I almost titled this "My Theological Manifesto." But then I remembered Rory and Paris working on a project for school in "The Gilmore Girls," and Rory advising Paris, "First, lose the word 'mainfesto.'" So... 'My Understanding of Scripture' it is.
It strikes me this may well be long overdue. I have a commenter (or two... it's hard to know how many, although the most recent one seems politer than the one who was calling everyone "honey" or even "dyke"... a word I don't automatically despise... I think it has morphed, for much of the lesbian community, into a word we have reclaimed, much like African American people have reclaimed words once hurled at them like bullets). (That was a long aside, no?). Anyway, I have at least one commenter who keeps trying to convince me of the sinful nature of my relationship with Beloved by quoting scripture at me... primarily Leviticus, though I believe Romans was mentioned at a certain point.
Herewith: my approach to understanding and interpreting scripture.
1. The understanding of scripture as always "literally true and authoritative" (the doctrine of biblical inerrancy) is ultimately a bankrupt enterprise, and contrary to the intention of the Author/authors.
My daughter recently told me about a controversy in her biology class. I wondered whether she meant abortion. Of course, she did not: she meant the controversy of creationism versus the theory of evolution. The author(s) of the creations stories in Genesis (there are at least two there) had at their disposal creation myths of the ancient Near East. Their intention in telling the story of the seven days of creation was etiological: a seven day week was already in place. It was also, strongly, theological: God, Yahweh, the God of Israel, is the creator of all that is, seen and unseen. It was also liturgical: the seven days of creation unfold with the grace of a gorgeous worship service, all in balance and harmony. That it would be so miserably misunderstood by 21st century Christians that they would reject God's gift of scientific reasoning and inquiry is disheartening, to say the least.
Now, here's where the intellectual bankruptcy comes in. Theological conservatives insist on literal understandings in some places and not in others. God created the world in seven days? Check! Jesus literally gave us his body and blood in the Eucharist? Uh, not so much. Why one and not the other? The "whore of Babylon" spoken of in Revelation: a prostitute from Babylonia? Of course not! Sorry folks. You can't pick and choose which things are held to be literally true with no rhyme or reason. If you acknowledge that some things are symbolic, then you must admit that some of the things you want to be literal might be symbolic. You must admit that.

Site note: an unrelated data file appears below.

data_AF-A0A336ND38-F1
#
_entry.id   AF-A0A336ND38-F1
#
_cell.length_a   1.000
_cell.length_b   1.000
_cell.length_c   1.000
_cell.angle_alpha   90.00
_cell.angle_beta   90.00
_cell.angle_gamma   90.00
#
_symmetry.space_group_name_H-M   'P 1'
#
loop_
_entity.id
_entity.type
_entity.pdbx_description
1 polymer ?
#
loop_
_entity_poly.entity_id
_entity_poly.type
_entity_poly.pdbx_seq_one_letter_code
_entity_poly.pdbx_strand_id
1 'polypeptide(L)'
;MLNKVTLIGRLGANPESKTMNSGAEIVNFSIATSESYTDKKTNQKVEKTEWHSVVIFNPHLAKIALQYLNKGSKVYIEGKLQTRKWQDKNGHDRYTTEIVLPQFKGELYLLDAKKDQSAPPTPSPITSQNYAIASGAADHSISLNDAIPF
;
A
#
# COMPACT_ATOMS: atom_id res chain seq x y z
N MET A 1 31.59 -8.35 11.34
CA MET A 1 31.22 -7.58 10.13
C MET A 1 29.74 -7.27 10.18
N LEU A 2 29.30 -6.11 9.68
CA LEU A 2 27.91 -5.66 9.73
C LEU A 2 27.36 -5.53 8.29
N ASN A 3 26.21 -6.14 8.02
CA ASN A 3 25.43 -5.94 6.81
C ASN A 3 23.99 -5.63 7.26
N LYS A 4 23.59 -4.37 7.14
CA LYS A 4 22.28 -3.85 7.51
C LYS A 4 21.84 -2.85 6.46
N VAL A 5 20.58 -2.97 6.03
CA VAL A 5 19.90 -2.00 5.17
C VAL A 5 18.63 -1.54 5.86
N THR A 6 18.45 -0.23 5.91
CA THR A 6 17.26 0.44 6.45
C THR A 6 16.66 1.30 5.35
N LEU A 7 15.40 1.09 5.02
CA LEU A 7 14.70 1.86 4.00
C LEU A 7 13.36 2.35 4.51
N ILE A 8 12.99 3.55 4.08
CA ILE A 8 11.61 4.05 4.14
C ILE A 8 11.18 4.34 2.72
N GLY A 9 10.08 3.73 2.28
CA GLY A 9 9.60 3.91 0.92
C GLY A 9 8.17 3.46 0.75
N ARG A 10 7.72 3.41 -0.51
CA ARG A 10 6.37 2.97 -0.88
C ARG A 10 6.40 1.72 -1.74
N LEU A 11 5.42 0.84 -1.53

2. Scripture is inspired by God and mediated through human beings.
The Biblical witness is comprised of many, many different kinds of literature, written across a period of many centuries, much of which has its roots in oral tradition, and all written for different audiences and with various purposes. For all its diversity, it has this common thread: it is the attempt of human beings to record their experience of living in covenant with the very real, very transcendent God. However, the historical context and scientific worldview matter; they inform the authors of scripture, and they influence their pronouncements. Let's talk about Paul.
Paul, in Romans 1, is not writing a Manual of Sexual Sins for All Times and Places, but a comment on those who are engaging in idol worship, and the sin he perceives as a result of that. (All LGBTQ folks who have engaged in idol worship this week, sound off!). Furthermore, Paul has a specific understanding of nature, of what is natural. It is his understanding that same-sex behaviors fall outside the realm of nature. Safe to say he never got the memos about same-sex behavior in bison, swans, gulls, penguins, bonobos, dragonflies, or any of the rest of the approximately 1500 species that exhibit same sex attraction and pairing off. Just as in humans, this behavior is observed in a minority. But just as in humans, it is clearly natural, i.e., occurring in nature. So Paul's calling it "unnatural" is incorrect. If Paul understood it to be natural would he have condoned committed same-sex partnerships? Well, given his feeling that no one should marry (see #3), I think it unlikely.